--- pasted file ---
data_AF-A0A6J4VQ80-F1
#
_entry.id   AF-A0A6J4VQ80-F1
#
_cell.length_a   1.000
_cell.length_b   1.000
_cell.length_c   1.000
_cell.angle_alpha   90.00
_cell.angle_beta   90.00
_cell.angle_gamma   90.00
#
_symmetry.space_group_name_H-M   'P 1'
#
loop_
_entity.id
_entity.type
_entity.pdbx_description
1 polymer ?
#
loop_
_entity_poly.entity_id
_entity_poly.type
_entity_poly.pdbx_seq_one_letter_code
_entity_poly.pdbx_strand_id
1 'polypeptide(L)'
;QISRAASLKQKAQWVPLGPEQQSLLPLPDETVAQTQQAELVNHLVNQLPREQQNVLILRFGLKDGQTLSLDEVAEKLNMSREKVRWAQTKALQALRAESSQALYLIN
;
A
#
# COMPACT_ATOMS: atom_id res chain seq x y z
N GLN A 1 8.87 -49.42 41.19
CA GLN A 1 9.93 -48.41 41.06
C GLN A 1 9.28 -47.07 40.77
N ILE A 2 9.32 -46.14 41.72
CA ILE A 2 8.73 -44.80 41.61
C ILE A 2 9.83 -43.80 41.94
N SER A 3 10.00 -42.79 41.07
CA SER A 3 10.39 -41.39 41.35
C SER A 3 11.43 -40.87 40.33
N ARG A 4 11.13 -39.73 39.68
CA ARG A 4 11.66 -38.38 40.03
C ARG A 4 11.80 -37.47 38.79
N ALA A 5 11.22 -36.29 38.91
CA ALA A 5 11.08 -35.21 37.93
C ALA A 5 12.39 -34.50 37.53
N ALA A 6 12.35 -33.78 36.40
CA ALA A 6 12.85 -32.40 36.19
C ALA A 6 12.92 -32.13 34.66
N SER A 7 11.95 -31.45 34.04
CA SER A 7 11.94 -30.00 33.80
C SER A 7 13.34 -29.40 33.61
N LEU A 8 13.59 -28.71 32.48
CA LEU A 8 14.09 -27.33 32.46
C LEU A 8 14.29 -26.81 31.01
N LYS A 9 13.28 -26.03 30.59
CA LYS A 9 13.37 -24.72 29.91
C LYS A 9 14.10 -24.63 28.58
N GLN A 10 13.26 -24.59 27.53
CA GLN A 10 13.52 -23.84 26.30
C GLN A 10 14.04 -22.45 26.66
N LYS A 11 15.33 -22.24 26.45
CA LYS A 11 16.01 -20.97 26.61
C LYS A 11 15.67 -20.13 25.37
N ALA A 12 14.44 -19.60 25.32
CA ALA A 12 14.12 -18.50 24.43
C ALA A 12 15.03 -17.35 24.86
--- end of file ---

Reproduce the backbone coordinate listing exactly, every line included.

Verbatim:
data_AF-A0A6J4VQ80-F1
#
_entry.id   AF-A0A6J4VQ80-F1
#
_cell.length_a   1.000
_cell.length_b   1.000
_cell.length_c   1.000
_cell.angle_alpha   90.00
_cell.angle_beta   90.00
_cell.angle_gamma   90.00
#
_symmetry.space_group_name_H-M   'P 1'
#
loop_
_entity.id
_entity.type
_entity.pdbx_description
1 polymer ?
#
loop_
_entity_poly.entity_id
_entity_poly.type
_entity_poly.pdbx_seq_one_letter_code
_entity_poly.pdbx_strand_id
1 'polypeptide(L)'
;QISRAASLKQKAQWVPLGPEQQSLLPLPDETVAQTQQAELVNHLVNQLPREQQNVLILRFGLKDGQTLSLDEVAEKLNMSREKVRWAQTKALQALRAESSQALYLIN
;
A
#
# COMPACT_ATOMS: atom_id res chain seq x y z
N GLN A 1 8.87 -49.42 41.19
CA GLN A 1 9.93 -48.41 41.06
C GLN A 1 9.28 -47.07 40.77
N ILE A 2 9.32 -46.14 41.72
CA ILE A 2 8.73 -44.80 41.61
C ILE A 2 9.83 -43.80 41.94
N SER A 3 10.00 -42.79 41.07
CA SER A 3 10.39 -41.39 41.35
C SER A 3 11.43 -40.87 40.33
N ARG A 4 11.13 -39.73 39.68
CA ARG A 4 11.66 -38.38 40.03
C ARG A 4 11.80 -37.47 38.79
N ALA A 5 11.22 -36.29 38.91
CA ALA A 5 11.08 -35.21 37.93
C ALA A 5 12.39 -34.50 37.53
N ALA A 6 12.35 -33.78 36.40
CA ALA A 6 12.85 -32.40 36.19
C ALA A 6 12.92 -32.13 34.66
N SER A 7 11.95 -31.45 34.04
CA SER A 7 11.94 -30.00 33.80
C SER A 7 13.34 -29.40 33.61
N LEU A 8 13.59 -28.71 32.48
CA LEU A 8 14.09 -27.33 32.46
C LEU A 8 14.29 -26.81 31.01
N LYS A 9 13.28 -26.03 30.59
CA LYS A 9 13.37 -24.72 29.91
C LYS A 9 14.10 -24.63 28.58
N GLN A 10 13.26 -24.59 27.53
CA GLN A 10 13.52 -23.84 26.30
C GLN A 10 14.04 -22.45 26.66
N LYS A 11 15.33 -22.24 26.45
CA LYS A 11 16.01 -20.97 26.61
C LYS A 11 15.67 -20.13 25.37
N ALA A 12 14.44 -19.60 25.32
CA ALA A 12 14.12 -18.50 24.43
C ALA A 12 15.03 -17.35 24.86